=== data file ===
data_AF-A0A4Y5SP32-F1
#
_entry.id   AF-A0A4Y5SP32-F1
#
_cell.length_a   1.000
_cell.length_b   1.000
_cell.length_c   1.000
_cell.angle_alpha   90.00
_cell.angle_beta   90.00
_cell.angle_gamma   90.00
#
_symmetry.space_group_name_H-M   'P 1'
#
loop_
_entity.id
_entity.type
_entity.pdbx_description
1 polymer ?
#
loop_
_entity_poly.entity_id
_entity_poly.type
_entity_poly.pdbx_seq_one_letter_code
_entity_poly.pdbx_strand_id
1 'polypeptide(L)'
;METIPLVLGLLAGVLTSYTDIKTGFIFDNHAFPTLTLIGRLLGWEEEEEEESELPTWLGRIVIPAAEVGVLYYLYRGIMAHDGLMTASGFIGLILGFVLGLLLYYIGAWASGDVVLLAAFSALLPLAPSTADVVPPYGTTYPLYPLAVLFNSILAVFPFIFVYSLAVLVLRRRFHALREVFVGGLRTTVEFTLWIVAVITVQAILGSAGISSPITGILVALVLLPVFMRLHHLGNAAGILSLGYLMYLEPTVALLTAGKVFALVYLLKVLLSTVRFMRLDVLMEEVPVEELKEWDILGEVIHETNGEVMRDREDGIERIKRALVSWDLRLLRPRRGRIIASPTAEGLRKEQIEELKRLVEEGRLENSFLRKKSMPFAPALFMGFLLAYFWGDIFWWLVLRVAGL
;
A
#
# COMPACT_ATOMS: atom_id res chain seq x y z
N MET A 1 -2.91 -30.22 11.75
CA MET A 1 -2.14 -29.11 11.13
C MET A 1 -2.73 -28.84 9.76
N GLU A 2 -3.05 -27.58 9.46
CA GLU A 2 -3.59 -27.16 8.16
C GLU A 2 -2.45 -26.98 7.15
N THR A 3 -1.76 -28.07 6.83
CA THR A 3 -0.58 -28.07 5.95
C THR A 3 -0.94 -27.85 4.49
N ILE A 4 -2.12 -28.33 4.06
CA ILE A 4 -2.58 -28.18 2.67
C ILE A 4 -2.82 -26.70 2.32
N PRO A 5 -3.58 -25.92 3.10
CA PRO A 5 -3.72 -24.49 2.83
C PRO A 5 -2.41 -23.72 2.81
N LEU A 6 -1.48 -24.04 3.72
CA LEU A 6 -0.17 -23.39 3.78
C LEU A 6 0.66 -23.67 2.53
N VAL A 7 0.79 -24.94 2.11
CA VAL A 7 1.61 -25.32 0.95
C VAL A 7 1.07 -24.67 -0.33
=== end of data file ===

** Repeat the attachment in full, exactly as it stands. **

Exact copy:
data_AF-A0A4Y5SP32-F1
#
_entry.id   AF-A0A4Y5SP32-F1
#
_cell.length_a   1.000
_cell.length_b   1.000
_cell.length_c   1.000
_cell.angle_alpha   90.00
_cell.angle_beta   90.00
_cell.angle_gamma   90.00
#
_symmetry.space_group_name_H-M   'P 1'
#
loop_
_entity.id
_entity.type
_entity.pdbx_description
1 polymer ?
#
loop_
_entity_poly.entity_id
_entity_poly.type
_entity_poly.pdbx_seq_one_letter_code
_entity_poly.pdbx_strand_id
1 'polypeptide(L)'
;METIPLVLGLLAGVLTSYTDIKTGFIFDNHAFPTLTLIGRLLGWEEEEEEESELPTWLGRIVIPAAEVGVLYYLYRGIMAHDGLMTASGFIGLILGFVLGLLLYYIGAWASGDVVLLAAFSALLPLAPSTADVVPPYGTTYPLYPLAVLFNSILAVFPFIFVYSLAVLVLRRRFHALREVFVGGLRTTVEFTLWIVAVITVQAILGSAGISSPITGILVALVLLPVFMRLHHLGNAAGILSLGYLMYLEPTVALLTAGKVFALVYLLKVLLSTVRFMRLDVLMEEVPVEELKEWDILGEVIHETNGEVMRDREDGIERIKRALVSWDLRLLRPRRGRIIASPTAEGLRKEQIEELKRLVEEGRLENSFLRKKSMPFAPALFMGFLLAYFWGDIFWWLVLRVAGL
;
A
#
# COMPACT_ATOMS: atom_id res chain seq x y z
N MET A 1 -2.91 -30.22 11.75
CA MET A 1 -2.14 -29.11 11.13
C MET A 1 -2.73 -28.84 9.76
N GLU A 2 -3.05 -27.58 9.46
CA GLU A 2 -3.59 -27.16 8.16
C GLU A 2 -2.45 -26.98 7.15
N THR A 3 -1.76 -28.07 6.83
CA THR A 3 -0.58 -28.07 5.95
C THR A 3 -0.94 -27.85 4.49
N ILE A 4 -2.12 -28.33 4.06
CA ILE A 4 -2.58 -28.18 2.67
C ILE A 4 -2.82 -26.70 2.32
N PRO A 5 -3.58 -25.92 3.10
CA PRO A 5 -3.72 -24.49 2.83
C PRO A 5 -2.41 -23.72 2.81
N LEU A 6 -1.48 -24.04 3.72
CA LEU A 6 -0.17 -23.39 3.78
C LEU A 6 0.66 -23.67 2.53
N VAL A 7 0.79 -24.94 2.11
CA VAL A 7 1.61 -25.32 0.95
C VAL A 7 1.07 -24.67 -0.33